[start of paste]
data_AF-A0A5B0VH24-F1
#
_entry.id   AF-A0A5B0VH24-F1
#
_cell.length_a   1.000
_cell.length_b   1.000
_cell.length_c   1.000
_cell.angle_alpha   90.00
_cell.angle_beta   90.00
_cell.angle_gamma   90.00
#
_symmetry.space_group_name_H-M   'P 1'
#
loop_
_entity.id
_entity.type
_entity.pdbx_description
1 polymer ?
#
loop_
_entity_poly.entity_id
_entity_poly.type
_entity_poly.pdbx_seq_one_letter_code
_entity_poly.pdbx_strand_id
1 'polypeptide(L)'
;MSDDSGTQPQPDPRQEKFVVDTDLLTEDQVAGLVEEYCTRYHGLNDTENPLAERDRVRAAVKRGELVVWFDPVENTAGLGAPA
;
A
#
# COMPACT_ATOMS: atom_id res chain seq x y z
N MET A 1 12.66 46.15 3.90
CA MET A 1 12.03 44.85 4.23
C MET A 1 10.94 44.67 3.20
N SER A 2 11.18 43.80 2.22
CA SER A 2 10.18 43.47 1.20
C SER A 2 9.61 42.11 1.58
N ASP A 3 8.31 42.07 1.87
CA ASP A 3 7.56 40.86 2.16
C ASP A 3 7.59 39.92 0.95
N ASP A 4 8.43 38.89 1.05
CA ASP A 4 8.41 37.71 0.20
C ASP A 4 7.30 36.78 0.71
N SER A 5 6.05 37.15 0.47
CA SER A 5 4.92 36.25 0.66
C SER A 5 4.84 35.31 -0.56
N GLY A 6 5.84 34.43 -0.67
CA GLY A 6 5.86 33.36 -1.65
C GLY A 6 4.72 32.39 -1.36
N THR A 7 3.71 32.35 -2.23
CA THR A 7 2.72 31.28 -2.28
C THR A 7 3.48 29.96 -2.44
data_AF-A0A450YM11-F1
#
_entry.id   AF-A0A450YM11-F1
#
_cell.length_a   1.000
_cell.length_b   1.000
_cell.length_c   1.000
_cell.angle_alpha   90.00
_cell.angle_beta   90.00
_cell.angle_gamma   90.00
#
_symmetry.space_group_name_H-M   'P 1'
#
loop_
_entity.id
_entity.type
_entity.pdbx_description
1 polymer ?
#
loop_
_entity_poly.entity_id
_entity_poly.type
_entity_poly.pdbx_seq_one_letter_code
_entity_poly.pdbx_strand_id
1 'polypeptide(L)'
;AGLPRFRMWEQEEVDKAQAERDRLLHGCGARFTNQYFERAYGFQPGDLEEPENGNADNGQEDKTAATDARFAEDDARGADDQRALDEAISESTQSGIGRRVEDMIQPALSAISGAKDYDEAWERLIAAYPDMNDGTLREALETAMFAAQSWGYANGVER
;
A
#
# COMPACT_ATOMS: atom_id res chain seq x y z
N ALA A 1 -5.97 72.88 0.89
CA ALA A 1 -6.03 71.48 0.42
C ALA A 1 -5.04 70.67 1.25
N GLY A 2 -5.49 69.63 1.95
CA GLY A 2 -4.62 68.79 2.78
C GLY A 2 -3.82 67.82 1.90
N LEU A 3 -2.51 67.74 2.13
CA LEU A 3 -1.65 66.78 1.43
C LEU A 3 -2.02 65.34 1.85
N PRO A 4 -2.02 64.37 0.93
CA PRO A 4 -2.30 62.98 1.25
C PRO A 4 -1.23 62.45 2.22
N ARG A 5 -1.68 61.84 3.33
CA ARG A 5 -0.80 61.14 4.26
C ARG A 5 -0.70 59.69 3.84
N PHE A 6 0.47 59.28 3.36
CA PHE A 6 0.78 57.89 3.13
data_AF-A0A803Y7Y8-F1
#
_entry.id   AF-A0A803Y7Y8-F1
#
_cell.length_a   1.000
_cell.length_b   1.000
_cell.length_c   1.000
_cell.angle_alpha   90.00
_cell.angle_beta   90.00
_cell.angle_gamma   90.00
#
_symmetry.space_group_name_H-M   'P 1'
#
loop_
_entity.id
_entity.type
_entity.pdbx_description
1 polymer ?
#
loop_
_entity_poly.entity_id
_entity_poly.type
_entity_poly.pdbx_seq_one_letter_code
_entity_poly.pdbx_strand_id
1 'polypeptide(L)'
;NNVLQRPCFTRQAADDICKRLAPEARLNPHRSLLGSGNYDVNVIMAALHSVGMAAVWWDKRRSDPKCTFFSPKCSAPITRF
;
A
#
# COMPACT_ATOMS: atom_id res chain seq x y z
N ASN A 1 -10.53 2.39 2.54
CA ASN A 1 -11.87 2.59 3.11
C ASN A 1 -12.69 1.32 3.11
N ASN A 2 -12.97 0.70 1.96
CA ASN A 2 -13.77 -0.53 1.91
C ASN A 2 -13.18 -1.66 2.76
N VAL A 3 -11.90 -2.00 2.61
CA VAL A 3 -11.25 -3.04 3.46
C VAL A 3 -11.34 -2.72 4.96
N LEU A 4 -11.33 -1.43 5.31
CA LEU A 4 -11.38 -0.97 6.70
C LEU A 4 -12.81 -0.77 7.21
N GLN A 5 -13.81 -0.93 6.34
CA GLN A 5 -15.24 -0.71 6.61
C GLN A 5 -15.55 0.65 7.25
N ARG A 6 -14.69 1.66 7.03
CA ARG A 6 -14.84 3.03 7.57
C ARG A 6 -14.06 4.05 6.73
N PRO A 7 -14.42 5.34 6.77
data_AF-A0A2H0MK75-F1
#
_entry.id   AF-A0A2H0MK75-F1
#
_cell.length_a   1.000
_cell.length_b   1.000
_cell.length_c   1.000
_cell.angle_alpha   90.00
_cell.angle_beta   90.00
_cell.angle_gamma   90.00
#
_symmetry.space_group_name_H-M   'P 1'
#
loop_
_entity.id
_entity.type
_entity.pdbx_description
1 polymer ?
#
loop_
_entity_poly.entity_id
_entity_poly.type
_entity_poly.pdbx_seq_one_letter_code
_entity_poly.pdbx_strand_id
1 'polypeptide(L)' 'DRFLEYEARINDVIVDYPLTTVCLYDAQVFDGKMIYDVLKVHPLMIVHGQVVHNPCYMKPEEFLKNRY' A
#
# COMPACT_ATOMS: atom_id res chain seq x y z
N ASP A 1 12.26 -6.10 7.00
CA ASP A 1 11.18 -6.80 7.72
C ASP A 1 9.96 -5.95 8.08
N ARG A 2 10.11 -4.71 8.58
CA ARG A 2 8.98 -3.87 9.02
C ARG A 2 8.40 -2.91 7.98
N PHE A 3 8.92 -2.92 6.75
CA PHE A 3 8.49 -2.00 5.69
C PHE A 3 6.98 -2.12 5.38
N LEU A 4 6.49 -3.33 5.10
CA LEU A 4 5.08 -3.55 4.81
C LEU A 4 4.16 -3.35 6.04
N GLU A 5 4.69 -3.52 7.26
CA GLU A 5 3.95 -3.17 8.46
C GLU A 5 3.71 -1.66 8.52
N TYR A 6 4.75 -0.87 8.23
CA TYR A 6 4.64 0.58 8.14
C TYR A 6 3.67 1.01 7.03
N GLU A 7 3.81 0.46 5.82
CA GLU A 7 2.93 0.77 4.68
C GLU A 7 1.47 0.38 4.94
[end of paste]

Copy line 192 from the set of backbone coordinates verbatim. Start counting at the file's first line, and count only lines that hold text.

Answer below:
C TYR A 6 3.67 1.01 7.03